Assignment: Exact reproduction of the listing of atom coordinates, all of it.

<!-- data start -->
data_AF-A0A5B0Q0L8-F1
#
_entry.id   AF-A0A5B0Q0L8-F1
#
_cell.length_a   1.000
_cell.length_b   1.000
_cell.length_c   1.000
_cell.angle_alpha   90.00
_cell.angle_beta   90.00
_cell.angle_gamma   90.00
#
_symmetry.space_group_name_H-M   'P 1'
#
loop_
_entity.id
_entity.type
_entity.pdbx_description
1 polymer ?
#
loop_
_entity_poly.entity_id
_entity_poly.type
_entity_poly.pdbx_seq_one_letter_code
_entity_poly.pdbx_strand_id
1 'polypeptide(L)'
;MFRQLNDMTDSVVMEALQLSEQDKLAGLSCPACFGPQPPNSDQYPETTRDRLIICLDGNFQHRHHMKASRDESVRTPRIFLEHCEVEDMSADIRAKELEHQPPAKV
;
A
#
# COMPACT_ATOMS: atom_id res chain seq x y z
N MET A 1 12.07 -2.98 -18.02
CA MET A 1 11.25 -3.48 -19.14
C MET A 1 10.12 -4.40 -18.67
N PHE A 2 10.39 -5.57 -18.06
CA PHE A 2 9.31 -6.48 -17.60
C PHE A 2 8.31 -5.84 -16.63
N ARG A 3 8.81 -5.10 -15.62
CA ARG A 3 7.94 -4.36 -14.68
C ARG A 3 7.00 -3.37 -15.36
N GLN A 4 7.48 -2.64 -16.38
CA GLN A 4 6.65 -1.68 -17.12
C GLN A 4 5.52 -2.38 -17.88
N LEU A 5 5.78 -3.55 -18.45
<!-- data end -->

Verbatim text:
data_AF-A0A5B0Q0L8-F1
#
_entry.id   AF-A0A5B0Q0L8-F1
#
_cell.length_a   1.000
_cell.length_b   1.000
_cell.length_c   1.000
_cell.angle_alpha   90.00
_cell.angle_beta   90.00
_cell.angle_gamma   90.00
#
_symmetry.space_group_name_H-M   'P 1'
#
loop_
_entity.id
_entity.type
_entity.pdbx_description
1 polymer ?
#
loop_
_entity_poly.entity_id
_entity_poly.type
_entity_poly.pdbx_seq_one_letter_code
_entity_poly.pdbx_strand_id
1 'polypeptide(L)'
;MFRQLNDMTDSVVMEALQLSEQDKLAGLSCPACFGPQPPNSDQYPETTRDRLIICLDGNFQHRHHMKASRDESVRTPRIFLEHCEVEDMSADIRAKELEHQPPAKV
;
A
#
# COMPACT_ATOMS: atom_id res chain seq x y z
N MET A 1 12.07 -2.98 -18.02
CA MET A 1 11.25 -3.48 -19.14
C MET A 1 10.12 -4.40 -18.67
N PHE A 2 10.39 -5.57 -18.06
CA PHE A 2 9.31 -6.48 -17.60
C PHE A 2 8.31 -5.84 -16.63
N ARG A 3 8.81 -5.10 -15.62
CA ARG A 3 7.94 -4.36 -14.68
C ARG A 3 7.00 -3.37 -15.36
N GLN A 4 7.48 -2.64 -16.38
CA GLN A 4 6.65 -1.68 -17.12
C GLN A 4 5.52 -2.38 -17.88
N LEU A 5 5.78 -3.55 -18.45